Global wealth falls – a first since 2007
The study found the wealth of all individuals - defined as assets such as income, real estate, savings and investments less debt - fell 5 percent in dollar terms to $223 trillion by mid-2012 from the same time the year before.
The main driver of the decline was crisis-hit Europe, where wealth fell 14 percent in dollar terms. But the study also attributed the fall to economic recessions in a broader range of countries, lower equity prices and relatively subdued housing markets.
Meanwhile, wealth in China grew 3 percent in dollar terms, the biggest winner this year, Credit Suisse said.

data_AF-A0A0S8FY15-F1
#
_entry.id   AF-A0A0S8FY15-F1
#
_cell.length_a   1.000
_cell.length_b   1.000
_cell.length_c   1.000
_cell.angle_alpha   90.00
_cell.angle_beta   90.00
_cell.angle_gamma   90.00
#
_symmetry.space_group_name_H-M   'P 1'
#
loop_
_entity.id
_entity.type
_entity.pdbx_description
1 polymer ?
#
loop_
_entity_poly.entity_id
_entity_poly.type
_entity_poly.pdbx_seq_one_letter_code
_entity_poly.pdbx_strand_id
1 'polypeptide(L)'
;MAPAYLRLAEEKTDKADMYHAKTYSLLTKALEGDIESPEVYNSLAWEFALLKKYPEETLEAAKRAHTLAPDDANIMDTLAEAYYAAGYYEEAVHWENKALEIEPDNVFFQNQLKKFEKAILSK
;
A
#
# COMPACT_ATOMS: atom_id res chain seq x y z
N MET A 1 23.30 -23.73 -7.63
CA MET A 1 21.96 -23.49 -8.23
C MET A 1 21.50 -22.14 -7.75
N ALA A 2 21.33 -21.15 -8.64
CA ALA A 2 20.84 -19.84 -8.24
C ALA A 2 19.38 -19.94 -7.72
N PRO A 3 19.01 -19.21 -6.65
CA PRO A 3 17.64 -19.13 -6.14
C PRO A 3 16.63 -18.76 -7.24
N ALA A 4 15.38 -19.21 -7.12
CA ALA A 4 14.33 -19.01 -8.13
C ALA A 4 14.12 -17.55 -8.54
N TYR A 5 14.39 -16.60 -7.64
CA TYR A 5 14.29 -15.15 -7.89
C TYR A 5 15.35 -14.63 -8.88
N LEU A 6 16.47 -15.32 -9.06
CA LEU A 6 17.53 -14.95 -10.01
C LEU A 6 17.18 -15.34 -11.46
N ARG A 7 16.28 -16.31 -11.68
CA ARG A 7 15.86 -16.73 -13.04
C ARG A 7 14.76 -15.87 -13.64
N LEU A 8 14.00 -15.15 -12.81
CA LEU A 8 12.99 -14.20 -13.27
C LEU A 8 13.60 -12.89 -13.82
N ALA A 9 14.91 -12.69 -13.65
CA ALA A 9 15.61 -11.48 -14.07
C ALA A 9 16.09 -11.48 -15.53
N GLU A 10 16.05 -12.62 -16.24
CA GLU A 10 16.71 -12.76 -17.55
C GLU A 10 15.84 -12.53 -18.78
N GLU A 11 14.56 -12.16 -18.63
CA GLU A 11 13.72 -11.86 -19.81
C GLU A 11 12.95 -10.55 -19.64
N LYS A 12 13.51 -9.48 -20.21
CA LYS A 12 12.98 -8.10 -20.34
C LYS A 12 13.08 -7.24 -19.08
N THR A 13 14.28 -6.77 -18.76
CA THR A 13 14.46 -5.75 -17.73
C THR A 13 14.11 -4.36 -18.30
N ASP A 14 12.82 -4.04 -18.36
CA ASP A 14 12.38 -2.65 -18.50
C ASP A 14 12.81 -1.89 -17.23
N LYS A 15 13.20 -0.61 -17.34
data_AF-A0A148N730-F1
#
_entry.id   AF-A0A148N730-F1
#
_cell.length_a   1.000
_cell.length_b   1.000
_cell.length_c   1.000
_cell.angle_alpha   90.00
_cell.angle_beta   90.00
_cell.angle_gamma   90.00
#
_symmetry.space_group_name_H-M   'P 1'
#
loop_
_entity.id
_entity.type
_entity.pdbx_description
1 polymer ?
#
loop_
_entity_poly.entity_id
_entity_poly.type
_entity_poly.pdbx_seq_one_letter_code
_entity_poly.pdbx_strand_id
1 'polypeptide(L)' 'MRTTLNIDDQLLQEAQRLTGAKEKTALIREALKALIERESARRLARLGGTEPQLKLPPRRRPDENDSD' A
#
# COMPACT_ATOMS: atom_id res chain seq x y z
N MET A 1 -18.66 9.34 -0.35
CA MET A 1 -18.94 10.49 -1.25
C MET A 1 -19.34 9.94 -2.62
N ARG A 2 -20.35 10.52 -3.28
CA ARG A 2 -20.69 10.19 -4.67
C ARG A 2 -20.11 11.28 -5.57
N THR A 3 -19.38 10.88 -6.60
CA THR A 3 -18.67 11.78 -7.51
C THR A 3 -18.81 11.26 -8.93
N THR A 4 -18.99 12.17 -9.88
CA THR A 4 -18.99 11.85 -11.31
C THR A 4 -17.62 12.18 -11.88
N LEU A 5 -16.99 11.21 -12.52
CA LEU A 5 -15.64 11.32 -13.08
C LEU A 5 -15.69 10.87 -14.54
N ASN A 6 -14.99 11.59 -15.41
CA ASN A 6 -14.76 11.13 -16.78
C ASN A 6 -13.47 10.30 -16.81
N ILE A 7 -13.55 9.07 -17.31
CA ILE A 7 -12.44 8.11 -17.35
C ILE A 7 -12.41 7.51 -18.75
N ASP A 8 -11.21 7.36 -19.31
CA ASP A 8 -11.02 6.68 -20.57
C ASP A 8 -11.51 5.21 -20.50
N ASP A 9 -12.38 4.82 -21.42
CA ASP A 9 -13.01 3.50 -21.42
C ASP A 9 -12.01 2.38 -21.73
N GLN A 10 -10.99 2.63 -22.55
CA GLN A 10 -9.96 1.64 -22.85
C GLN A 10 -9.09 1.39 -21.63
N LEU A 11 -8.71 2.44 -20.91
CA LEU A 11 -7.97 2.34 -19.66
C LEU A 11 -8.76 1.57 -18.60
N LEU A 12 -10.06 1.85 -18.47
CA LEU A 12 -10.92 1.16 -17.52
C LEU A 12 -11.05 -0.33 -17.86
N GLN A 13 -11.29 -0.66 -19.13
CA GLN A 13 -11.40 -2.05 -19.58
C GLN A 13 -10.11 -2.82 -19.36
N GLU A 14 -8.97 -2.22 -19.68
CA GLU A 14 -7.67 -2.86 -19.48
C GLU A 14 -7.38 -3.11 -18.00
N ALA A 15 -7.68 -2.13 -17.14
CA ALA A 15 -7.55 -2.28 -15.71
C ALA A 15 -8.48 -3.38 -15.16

At constant exchange rates, global wealth rose 1 percent over the period, the smallest increase since the 2007-08 crisis.
The report published on Wednesday noted the European luxury goods sector had proven resilient, posting organic growth, which excludes acquisitions, at a high-teen percentage in the 12 months to June 30.
But Credit Suisse said it was cautious looking through to the second half of 2013, forecasting top-line growth would slow to 7-8 percent with a high level of uncertainty and no visible prospects of growth acceleration until the second half of 2013.
It said a weak macroeconomic environment in Europe, rising taxation for the rich and wealth erosion should take its toll on luxury sales in the region, a
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